Create a tag, identify it and you add your third party meta data. SSN-commentary, type of third party. Who wrote it and what they had to say (I made up the terms). The way this should work in the educational community. As much of this meta data is created through automatic means. If I look at a resource while taking a physics class. So the context is physics. Even thought it might be a picture of a rabbit. The system would log it. What is relevant is that I looked at it any my data is attached to that. Rich…

My contention is that instead of the spike-based power-law based, when we get something like the semantic social network, patterns of organization will be created. We are not creating communities around word, but the community itself emerges as being created by or defined by that dense set of connections. I set up a primitive first pass EDURSS, an aggregator. There should be many instances, everyone would have this on their desktop. It pulls in data from my community, my network of friends. If you set up the network this way, you can stop worrying about searching; The network becomes the search; The stuff that comes out the other end is stuff that is of interest. These inputs come from the entire blogosphere rather than the top 100.

The community is the network. No centralized place. Only people, resources, distributed, acting on their own behalf and interest. Marvin Minsky “The Society of Mind.” Self selected relationships, contextual information to establish meaning. Not only defines the community and emerges FROM The community.

If you looked at the connections from those looking at wikipedia…your post in context of other wikipedia posts. I bet that’s what Google is up to. (I did not get all of that).

Audience comment: can’t hear what he is asking. Compare entire contexts to entire contexts.

Comment: The reasons top down KM, ontology and taxonomy systems don’t tend to work because the goal of those systems is to decontextualize information. Individuals have no interest in decontextualizing; If it works for you , it might work for someone else with a similar context.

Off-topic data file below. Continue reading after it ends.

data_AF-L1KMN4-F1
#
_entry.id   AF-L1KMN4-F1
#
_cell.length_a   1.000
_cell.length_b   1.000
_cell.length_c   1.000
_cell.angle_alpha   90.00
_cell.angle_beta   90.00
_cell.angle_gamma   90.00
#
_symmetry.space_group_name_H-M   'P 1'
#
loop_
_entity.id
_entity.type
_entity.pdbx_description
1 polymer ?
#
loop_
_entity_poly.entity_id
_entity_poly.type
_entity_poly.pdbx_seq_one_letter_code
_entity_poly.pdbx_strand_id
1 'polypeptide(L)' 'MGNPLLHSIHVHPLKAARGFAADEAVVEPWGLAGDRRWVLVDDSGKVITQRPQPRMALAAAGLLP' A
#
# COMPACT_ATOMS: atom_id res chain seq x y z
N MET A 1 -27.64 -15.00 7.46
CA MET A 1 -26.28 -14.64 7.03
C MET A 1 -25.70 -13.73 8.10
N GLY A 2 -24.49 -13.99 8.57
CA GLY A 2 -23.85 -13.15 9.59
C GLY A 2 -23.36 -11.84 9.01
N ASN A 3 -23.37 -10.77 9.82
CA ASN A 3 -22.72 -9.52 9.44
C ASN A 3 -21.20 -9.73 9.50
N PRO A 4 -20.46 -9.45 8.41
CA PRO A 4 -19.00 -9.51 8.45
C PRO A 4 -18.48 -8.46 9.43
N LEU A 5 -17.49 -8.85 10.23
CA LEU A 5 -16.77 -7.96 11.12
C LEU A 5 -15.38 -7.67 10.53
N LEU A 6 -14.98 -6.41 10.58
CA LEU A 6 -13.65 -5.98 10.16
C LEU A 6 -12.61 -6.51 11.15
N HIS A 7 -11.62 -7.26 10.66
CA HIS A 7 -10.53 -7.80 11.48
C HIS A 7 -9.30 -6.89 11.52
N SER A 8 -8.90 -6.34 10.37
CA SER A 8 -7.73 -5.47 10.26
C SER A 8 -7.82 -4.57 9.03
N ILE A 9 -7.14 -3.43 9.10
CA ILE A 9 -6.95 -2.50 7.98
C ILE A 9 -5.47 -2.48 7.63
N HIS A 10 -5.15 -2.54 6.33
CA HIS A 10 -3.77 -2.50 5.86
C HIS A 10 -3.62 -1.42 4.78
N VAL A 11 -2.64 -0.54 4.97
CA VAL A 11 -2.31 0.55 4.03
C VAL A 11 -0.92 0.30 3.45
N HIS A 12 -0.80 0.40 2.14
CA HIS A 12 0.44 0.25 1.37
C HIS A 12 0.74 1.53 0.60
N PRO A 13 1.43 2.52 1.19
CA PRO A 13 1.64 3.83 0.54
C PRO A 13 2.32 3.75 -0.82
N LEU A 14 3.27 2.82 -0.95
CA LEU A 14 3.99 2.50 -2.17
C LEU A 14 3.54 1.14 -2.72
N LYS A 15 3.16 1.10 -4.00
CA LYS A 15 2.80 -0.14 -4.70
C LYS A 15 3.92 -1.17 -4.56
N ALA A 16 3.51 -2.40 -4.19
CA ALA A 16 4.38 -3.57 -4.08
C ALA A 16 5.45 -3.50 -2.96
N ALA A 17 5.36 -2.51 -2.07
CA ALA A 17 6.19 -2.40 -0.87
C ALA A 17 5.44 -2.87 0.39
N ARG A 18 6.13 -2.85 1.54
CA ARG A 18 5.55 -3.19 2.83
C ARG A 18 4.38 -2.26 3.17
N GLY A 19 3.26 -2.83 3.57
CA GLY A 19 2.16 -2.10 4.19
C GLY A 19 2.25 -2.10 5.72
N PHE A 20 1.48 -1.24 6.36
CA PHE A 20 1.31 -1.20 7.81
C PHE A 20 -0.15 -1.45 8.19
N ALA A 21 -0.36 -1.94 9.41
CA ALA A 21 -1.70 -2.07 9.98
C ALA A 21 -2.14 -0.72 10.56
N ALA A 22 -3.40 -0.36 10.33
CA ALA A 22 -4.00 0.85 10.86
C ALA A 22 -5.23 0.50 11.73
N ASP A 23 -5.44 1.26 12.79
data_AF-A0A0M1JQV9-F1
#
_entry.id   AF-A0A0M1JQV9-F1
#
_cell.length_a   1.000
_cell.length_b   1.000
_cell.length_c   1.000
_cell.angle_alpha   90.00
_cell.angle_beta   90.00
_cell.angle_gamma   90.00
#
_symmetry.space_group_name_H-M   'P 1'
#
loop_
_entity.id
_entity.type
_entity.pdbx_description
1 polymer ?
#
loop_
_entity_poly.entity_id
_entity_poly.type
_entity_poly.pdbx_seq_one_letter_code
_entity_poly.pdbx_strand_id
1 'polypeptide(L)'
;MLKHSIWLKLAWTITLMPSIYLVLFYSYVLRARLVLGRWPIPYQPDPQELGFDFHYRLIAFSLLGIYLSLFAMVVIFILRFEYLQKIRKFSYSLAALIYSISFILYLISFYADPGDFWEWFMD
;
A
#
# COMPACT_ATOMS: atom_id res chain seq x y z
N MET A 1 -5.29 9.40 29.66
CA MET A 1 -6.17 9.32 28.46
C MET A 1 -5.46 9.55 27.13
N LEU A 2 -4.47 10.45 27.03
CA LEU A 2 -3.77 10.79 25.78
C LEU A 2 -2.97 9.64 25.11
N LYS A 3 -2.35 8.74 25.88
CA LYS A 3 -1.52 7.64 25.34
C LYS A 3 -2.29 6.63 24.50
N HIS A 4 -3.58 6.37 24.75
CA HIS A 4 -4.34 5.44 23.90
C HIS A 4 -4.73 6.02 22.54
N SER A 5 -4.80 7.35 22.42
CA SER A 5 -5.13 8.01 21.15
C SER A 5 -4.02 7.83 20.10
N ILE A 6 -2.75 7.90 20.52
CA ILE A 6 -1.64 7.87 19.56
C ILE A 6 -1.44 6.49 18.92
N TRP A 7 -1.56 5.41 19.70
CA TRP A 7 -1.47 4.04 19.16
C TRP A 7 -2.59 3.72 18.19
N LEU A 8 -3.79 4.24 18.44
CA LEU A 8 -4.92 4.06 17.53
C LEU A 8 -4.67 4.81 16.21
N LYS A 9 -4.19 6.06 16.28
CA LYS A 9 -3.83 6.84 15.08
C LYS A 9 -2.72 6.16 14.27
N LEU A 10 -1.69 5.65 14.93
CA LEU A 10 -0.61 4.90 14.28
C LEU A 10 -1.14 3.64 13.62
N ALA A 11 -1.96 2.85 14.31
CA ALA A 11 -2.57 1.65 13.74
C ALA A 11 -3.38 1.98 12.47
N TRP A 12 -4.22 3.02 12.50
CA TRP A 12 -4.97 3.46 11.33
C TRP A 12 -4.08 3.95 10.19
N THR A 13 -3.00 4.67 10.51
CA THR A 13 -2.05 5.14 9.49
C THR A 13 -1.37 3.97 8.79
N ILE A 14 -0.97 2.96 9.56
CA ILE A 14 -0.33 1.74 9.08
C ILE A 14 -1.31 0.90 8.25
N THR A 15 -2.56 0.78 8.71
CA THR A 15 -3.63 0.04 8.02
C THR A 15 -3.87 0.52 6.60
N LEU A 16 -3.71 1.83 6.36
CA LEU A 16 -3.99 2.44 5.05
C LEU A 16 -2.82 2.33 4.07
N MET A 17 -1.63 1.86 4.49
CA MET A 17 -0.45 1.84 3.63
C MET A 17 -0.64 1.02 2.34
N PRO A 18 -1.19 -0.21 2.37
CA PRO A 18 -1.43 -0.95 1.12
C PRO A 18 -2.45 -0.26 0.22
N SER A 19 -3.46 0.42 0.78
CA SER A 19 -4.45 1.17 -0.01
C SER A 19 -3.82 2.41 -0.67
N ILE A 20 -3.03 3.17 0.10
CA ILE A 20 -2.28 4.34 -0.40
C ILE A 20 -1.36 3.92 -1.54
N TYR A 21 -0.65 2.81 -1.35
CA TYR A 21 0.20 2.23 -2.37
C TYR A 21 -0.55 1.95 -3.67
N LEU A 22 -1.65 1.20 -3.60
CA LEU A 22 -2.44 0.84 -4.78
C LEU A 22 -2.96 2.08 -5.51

Stephen: great summary. We live in a context laden environment.

Another quite comment from the audience (hey, remember the trick of repeating the question?)

There are things with tagging. People lie. Tagging is an explicit attempt to attach words to post. Not inherently wrong. But the word always under-describes the resources. It often mis-describes the resource. Soon as the spammers get into the tagging system, everything on the viagra sites will be about community. There is a big spike thing about tagging. Technorati. The big words are frequently used tags. They are useless to me. If I don’t know what I’m looking for, I’ll never find it. If I don’t know what the tag is I’m not going to get it from the top 100 tags. I have to search for it randomly. One step further. If I want to find a resource I have to conform to the tagging regimen that has been previously established. Like on Yahoo, you had to think like a Yahoo person. I don’t want to buy into that one. With tagging, there is only one community.

The following is conversation with the audience and I can’t hear most of what the audience members are saying:
Cantor: You are wondering why academics get a bad reputation. The Flikr tagging experience is a fantastic, folksonomy experience. If spammers get in, Stuart will kick them out If the folksonmy folks can enjoy themselves that is good.

It is fun, but it is useful? Who are you to say it is not good? It is not good to me.

Cantor: It’s the academics telling us what is good.

I find it is ironic who you puled in. Like you were long tailing us… (Can’t hear it all)
The second thing, I could say whatever I want, you would hear whatever you want, even if it is something you want. … can’t hear him. Example of the world Paris – we all don’t share the same meaning. Asking for a system that captures and recognizes the context. Tagging is context free. There is no relation…

It is the context of Flikr, of Technorati – of closed centralized systems.


Anonymous Suzanna said...

Wow! I'm always envious of people who can type so fast. Stephen's talk went so fast and I wasn't able to digest all the ideas so I am grateful for the "re-run" on your blog.

8:35 AM